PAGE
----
Back in my art school days, my days were mostly filled with studio classes: sketching, design, graphics and so on. But I did have to take a few academic subjects as well: art history of course, world literature, and color theory among them. This last class turned out to be a bit of an eye-opener, especially as we delved into color psychology. My teacher offered the notion that purple - in all its iterations, from lavender, to mauve and violet - is such a popular color among adolescents as it is the combination of blue and red, two polar opposites on the color wheel, thus symbolizing the feeling of being in flux, and torn between two states of being. It made a lot of sense to me, especially as it took me right back to my absolute favorite garment when I was 13/14 years old: a purple quilted cotton jacket with Nehru collar and big wooden toggle buttons. I bought it from a store in my hometown called The Golden Elephant, and it was only many years later that I realized the jacket's indelible aroma was not in fact incense....
But I digress. It came as no surprise to me that Pantone declared Ultra Violet to be its 2018 Color of the Year. Certainly, we, as a country, as a society, as a world, have been in flux lately. This can be scary and daunting, but also presents us with the opportunity and challenge for change. In the words of Pantone: “The Pantone Color of the Year has come to mean so much more than what’s trending in the world of design; it’s truly a reflection of what’s needed in our world today. Complex and contemplative, Ultra Violet suggests the mysteries of the cosmos, the intrigue of what lies ahead, and the discoveries beyond where we are now. The vast and limitless night sky is symbolic of what is possible and continues to inspire the desire to pursue a world beyond our own. Nuanced and full of emotion, the depth of Pantone 18-3838 Ultra Violet symbolizes experimentation and non-conformity, spurring individuals to imagine their unique mark on the world, and push boundaries through creative outlets.”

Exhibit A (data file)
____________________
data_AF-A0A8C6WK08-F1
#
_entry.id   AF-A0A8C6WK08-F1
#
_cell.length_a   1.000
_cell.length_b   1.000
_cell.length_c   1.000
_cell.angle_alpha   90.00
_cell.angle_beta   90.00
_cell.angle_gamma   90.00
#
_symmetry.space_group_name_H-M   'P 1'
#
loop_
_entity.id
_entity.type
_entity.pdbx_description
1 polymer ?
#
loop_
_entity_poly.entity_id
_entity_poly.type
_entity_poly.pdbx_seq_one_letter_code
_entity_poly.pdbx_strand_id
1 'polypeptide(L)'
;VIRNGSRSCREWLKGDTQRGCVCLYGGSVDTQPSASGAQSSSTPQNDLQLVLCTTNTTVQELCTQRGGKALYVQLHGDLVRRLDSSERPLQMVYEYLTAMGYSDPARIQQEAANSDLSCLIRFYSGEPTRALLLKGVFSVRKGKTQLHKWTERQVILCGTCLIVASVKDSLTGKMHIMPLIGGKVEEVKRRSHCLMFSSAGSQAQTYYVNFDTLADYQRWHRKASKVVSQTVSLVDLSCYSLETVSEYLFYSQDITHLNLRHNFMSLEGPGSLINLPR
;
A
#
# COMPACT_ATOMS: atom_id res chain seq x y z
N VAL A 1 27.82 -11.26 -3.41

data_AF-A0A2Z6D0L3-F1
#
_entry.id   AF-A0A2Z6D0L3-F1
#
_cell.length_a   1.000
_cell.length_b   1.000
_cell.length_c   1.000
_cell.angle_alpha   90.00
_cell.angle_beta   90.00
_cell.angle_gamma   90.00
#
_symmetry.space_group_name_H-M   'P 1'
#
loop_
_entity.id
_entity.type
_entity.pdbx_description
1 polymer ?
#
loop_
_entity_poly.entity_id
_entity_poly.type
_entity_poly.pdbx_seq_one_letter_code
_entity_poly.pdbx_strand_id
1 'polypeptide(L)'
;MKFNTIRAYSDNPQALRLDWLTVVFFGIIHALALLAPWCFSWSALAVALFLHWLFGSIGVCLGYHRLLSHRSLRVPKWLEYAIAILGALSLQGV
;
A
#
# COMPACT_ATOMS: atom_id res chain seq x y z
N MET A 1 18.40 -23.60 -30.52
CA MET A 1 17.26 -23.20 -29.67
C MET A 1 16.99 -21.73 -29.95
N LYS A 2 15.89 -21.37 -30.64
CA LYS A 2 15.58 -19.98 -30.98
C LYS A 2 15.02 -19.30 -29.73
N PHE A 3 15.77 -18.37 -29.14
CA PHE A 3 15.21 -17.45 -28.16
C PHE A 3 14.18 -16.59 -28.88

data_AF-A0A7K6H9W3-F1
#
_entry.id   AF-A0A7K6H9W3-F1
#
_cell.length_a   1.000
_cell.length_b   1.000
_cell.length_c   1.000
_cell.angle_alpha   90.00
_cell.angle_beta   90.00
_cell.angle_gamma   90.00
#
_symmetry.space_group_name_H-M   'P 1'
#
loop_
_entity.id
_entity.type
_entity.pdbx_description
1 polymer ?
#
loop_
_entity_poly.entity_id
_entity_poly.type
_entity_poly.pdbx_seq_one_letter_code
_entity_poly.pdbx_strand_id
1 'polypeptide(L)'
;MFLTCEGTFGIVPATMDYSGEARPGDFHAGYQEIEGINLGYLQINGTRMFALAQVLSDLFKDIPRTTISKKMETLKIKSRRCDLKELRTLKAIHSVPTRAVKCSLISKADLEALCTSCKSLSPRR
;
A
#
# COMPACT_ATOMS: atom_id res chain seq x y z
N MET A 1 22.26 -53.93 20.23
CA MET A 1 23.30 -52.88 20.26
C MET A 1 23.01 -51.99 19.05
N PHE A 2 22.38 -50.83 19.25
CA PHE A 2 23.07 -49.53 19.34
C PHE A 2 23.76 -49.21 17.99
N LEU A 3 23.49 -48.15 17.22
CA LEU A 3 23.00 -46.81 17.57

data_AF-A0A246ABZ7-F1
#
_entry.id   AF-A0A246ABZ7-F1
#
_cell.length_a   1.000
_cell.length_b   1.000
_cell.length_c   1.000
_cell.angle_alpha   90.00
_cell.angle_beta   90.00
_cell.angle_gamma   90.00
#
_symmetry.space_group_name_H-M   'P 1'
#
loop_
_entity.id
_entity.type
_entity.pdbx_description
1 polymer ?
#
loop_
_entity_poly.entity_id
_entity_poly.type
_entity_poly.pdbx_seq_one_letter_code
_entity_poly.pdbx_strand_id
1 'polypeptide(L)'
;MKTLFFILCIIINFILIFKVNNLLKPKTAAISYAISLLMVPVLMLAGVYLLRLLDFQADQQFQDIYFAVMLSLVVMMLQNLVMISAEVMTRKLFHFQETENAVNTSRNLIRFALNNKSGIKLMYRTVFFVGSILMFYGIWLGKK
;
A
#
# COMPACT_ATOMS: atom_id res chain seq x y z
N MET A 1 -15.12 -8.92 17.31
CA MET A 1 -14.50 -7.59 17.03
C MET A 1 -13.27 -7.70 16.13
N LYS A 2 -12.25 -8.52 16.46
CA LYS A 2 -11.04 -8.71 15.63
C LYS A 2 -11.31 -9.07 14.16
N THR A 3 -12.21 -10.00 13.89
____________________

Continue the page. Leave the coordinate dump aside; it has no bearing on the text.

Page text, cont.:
What does that mean for the world of decorating? Admittedly, Ultra-Violet is an imposing and somewhat daunting shade and while it can look absolutely spectacular, an all-purple room is not for everyone.
So, who plays nice with Ultra Violet? Cooler shades of green, teal, aqua and turquoise are perfect complements and hold their own against powerful purple.
A more unexpected friend can be found in the medium-blue color range. Don't listen to anyone claiming that purple and blue “don't go together”. This pairing exudes an artsy chic, even more so against a dark background.
My hands-down favorite is a combo of Ultra Violet with peach or coral shades, for a look that is unique yet elegant, unexpected yet feminine. And just look at those lipstick-red pillows on the purple sofa: the perfect example of breaking the color rules for a spectacular result.
A smaller dose of Ultra Violet can work in almost any color scheme, in the form of a slipper chair, ottoman or pouf.
Not quite ready to go there? Consider just a touch of Ultra Violet in the form of amethyst door knobs or drawer pulls, perfect for a glam dressing room.
As for me, Ultra Violet already has me longing for spring and its sights (and scents) of hyacinth, lilac and wisteria. Thank you Pantone!